How Low Can It Go? Mississippi River at Memphis Breaks Another Record

Source: By Mary Kennedy, Progressive Farmer • Posted: Monday, October 24, 2022

Water levels continue to fall on the Mississippi and Ohio rivers, severely affecting navigation in ways not seen since 1988, noted American Commercial Barge Lines (ACBL).

“The industry is incurring catastrophic impacts to boat capacity, which will in turn drastically decrease ton-mile productivity for the inland rivers,” ACBL stated.

According to the National Weather Service observed water levels, the Mississippi River at Memphis, Tennessee, broke its recent new record low of -10.75 feet reached at 7 p.m. Oct. 17, by reaching -10.80 feet at 3 a.m. Oct. 22 and then at 5 a.m., it broke its new record, hitting -10.81 feet. The previous low record was -10.70 on July 10, 1988 (https://water.weather.gov/…).

ACBL noted the industry reduced Lower Mississippi River drafts to 9’0″ on Oct. 17 both north and southbound, reflecting a 24% to 30% reduction to tons per barge versus normal conditions. “ACBL liquid drafts have been reduced to 8’6″ as of Oct. 17, reflecting approximately 17% reduction to tons per barge versus normal conditions. Industry has agreed to a 25-barge max tow size SBD, reflecting a 17-38% reduction to boat capacity.”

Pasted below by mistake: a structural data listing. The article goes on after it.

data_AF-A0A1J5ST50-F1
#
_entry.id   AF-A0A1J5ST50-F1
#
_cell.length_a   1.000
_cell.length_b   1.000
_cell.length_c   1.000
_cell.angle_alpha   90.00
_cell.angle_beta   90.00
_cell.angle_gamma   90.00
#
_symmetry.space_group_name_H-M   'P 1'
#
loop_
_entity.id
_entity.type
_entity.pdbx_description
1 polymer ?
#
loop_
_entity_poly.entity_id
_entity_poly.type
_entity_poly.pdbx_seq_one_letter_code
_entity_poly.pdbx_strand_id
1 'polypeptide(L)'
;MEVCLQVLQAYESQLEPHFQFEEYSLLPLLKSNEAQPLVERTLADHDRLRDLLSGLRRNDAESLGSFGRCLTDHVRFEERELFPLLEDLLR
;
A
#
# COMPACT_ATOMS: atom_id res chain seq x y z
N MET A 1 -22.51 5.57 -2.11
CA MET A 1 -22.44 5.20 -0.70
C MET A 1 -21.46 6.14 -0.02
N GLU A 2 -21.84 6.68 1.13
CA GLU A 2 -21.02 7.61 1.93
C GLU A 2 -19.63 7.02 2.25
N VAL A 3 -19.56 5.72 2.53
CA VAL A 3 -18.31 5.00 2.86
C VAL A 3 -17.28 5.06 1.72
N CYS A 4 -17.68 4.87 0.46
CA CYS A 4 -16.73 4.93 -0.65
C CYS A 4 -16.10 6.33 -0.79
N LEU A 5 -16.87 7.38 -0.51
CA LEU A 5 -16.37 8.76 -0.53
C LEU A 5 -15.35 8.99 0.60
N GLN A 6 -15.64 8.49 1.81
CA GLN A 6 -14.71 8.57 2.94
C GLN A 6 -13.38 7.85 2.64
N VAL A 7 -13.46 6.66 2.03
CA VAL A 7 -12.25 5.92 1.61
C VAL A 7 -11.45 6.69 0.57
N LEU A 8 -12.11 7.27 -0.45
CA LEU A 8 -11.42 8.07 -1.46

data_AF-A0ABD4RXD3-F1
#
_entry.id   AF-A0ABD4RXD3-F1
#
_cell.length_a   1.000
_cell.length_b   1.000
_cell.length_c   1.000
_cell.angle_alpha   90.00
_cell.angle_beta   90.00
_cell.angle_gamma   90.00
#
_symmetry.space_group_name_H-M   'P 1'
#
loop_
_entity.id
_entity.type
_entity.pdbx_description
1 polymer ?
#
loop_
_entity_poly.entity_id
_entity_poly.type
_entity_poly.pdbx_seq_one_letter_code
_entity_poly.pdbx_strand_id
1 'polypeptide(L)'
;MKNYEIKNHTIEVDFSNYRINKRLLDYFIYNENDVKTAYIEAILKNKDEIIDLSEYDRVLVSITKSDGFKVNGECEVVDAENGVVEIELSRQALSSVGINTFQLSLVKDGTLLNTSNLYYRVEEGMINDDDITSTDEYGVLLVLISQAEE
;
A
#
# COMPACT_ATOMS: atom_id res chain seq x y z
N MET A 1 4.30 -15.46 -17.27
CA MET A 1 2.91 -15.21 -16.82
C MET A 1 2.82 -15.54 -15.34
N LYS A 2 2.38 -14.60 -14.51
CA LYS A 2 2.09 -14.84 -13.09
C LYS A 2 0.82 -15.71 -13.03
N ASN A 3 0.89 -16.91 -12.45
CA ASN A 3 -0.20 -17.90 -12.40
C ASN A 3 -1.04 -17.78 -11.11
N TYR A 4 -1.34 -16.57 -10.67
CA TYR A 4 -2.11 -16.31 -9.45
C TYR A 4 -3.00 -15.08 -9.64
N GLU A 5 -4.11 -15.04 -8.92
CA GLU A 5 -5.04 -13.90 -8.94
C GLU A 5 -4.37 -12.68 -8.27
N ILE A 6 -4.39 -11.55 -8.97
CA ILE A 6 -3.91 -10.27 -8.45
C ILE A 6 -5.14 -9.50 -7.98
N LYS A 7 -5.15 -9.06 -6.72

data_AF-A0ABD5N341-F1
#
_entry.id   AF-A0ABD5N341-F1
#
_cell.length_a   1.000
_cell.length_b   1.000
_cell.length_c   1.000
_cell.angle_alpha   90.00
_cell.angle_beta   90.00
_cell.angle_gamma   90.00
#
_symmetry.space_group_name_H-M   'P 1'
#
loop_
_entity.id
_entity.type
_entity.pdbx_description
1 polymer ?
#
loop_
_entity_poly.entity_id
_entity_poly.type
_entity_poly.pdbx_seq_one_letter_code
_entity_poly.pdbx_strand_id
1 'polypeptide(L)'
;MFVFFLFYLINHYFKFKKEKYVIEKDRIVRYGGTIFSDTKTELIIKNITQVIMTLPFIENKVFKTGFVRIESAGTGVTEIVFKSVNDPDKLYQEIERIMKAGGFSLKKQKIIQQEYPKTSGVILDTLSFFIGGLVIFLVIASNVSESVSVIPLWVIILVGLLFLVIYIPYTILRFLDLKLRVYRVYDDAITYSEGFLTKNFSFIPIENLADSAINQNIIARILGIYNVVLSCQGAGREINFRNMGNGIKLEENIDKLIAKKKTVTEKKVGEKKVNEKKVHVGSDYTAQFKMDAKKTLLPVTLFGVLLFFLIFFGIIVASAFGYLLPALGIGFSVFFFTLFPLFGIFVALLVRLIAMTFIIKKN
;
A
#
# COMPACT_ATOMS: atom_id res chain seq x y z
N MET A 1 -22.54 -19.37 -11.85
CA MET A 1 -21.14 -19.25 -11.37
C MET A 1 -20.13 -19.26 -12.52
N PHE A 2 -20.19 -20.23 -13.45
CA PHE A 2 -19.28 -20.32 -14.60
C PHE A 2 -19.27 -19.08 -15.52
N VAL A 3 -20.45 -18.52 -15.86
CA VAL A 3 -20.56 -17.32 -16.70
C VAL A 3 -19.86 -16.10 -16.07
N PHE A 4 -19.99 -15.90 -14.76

That means shippers continue to pay the same price for a barge regardless of how much is loaded in it. Hence, dead freight is incurred by the shipper. Dead freight is the amount of money paid by the shipper who is unable to load a full barge. On top of that, shippers in some spots on the river can’t even load out a barge right now because the water is too low to get a barge on station.

Cash basis has reflected these issues, weakening at river terminals with conditions just mentioned. Farmers are in the midst of harvest, and many have been left looking for a new home to dump their grain at or keep it on their farm stored in grain bids or bags. The bottom line is that higher freight costs and lack of space at terminals are absorbed by farmers in the weaker spot basis bids if they need to sell.

Tom Russell, Russell Marine Group, reported the following updates as of Sunday, Oct. 23, noting that traffic is moving slowly everywhere, usually one-way traffic and operating during daylight hours only: